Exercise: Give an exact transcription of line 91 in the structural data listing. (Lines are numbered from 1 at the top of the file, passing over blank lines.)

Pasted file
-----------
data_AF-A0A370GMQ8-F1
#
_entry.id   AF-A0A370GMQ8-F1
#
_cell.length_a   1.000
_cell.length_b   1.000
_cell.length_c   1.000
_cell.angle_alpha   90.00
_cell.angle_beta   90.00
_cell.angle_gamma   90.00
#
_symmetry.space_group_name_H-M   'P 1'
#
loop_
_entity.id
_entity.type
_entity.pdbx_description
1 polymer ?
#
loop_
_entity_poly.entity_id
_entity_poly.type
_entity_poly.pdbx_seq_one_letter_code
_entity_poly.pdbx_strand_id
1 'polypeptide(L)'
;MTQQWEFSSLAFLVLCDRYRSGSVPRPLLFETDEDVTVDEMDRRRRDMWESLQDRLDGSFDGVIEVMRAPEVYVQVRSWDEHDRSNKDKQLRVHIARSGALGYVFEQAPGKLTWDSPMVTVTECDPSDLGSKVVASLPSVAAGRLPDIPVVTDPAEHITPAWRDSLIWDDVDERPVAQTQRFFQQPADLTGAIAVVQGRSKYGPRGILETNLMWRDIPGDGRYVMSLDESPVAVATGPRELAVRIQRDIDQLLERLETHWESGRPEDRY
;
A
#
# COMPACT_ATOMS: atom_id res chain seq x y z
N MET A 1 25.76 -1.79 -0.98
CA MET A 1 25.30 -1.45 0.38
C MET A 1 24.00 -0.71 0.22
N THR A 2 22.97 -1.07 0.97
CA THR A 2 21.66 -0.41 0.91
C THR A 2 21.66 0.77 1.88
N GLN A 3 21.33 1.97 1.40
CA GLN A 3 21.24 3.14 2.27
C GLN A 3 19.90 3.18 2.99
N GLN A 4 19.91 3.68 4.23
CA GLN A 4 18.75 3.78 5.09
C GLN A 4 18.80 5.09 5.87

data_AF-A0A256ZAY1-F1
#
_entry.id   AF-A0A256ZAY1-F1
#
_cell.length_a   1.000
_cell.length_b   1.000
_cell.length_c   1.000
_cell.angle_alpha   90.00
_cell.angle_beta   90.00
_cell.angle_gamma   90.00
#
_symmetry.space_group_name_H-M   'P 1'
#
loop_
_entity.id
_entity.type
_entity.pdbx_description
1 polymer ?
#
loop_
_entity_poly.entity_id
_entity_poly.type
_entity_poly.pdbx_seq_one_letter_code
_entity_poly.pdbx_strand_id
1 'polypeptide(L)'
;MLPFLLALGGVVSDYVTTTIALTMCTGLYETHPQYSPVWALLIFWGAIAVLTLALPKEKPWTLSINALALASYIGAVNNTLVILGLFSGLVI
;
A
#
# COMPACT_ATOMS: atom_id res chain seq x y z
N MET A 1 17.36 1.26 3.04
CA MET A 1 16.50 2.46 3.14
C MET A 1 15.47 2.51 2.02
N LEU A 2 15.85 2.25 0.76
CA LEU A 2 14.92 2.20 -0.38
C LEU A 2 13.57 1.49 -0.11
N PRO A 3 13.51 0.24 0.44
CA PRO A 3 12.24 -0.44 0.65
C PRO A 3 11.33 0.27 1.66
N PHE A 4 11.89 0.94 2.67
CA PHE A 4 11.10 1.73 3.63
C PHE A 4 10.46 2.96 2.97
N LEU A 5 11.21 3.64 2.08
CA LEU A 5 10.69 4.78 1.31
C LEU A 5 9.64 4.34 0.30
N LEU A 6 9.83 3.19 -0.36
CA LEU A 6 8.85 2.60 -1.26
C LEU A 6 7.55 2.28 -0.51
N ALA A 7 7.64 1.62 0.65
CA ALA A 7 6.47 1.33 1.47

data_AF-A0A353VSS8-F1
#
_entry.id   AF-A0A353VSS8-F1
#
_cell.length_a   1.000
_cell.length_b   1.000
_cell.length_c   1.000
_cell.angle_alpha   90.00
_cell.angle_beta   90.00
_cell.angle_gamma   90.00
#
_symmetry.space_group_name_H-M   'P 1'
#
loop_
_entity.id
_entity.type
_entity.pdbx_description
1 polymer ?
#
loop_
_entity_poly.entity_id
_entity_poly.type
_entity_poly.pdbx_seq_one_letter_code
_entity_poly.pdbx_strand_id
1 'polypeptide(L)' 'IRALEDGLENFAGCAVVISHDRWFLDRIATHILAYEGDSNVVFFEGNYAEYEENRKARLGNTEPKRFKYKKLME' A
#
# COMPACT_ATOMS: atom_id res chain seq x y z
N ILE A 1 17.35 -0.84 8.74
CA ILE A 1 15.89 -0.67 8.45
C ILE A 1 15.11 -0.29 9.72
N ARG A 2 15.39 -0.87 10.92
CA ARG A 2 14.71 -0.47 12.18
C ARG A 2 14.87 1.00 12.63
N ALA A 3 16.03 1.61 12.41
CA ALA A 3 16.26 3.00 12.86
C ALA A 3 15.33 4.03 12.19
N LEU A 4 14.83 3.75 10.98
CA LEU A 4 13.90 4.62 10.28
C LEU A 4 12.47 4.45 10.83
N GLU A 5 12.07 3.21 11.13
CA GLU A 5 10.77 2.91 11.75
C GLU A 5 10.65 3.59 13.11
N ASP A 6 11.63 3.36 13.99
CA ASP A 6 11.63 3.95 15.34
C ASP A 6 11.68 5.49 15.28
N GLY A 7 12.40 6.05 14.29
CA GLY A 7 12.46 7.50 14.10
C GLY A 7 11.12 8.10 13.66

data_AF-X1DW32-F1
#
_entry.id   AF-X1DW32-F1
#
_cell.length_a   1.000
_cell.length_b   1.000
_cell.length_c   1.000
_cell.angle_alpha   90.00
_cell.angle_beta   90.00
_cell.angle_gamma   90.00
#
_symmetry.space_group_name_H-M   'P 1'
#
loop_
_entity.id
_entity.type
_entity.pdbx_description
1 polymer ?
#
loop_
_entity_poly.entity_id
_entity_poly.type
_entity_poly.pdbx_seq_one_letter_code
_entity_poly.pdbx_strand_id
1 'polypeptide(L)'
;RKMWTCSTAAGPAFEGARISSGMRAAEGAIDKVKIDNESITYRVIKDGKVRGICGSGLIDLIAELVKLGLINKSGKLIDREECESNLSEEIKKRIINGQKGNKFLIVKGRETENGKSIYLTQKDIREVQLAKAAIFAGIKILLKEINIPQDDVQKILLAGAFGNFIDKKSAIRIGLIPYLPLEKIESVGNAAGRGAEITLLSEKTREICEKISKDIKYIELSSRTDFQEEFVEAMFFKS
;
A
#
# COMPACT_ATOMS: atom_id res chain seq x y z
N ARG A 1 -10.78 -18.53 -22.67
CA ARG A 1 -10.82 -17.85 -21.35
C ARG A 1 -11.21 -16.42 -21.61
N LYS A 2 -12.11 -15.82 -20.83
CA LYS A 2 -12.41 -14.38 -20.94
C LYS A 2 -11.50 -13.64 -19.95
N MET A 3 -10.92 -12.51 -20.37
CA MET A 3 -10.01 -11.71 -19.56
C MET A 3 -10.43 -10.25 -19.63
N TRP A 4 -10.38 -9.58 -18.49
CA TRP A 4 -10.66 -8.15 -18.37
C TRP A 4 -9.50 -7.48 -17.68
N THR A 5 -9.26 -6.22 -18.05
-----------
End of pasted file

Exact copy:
N ALA A 7 7.64 1.62 0.65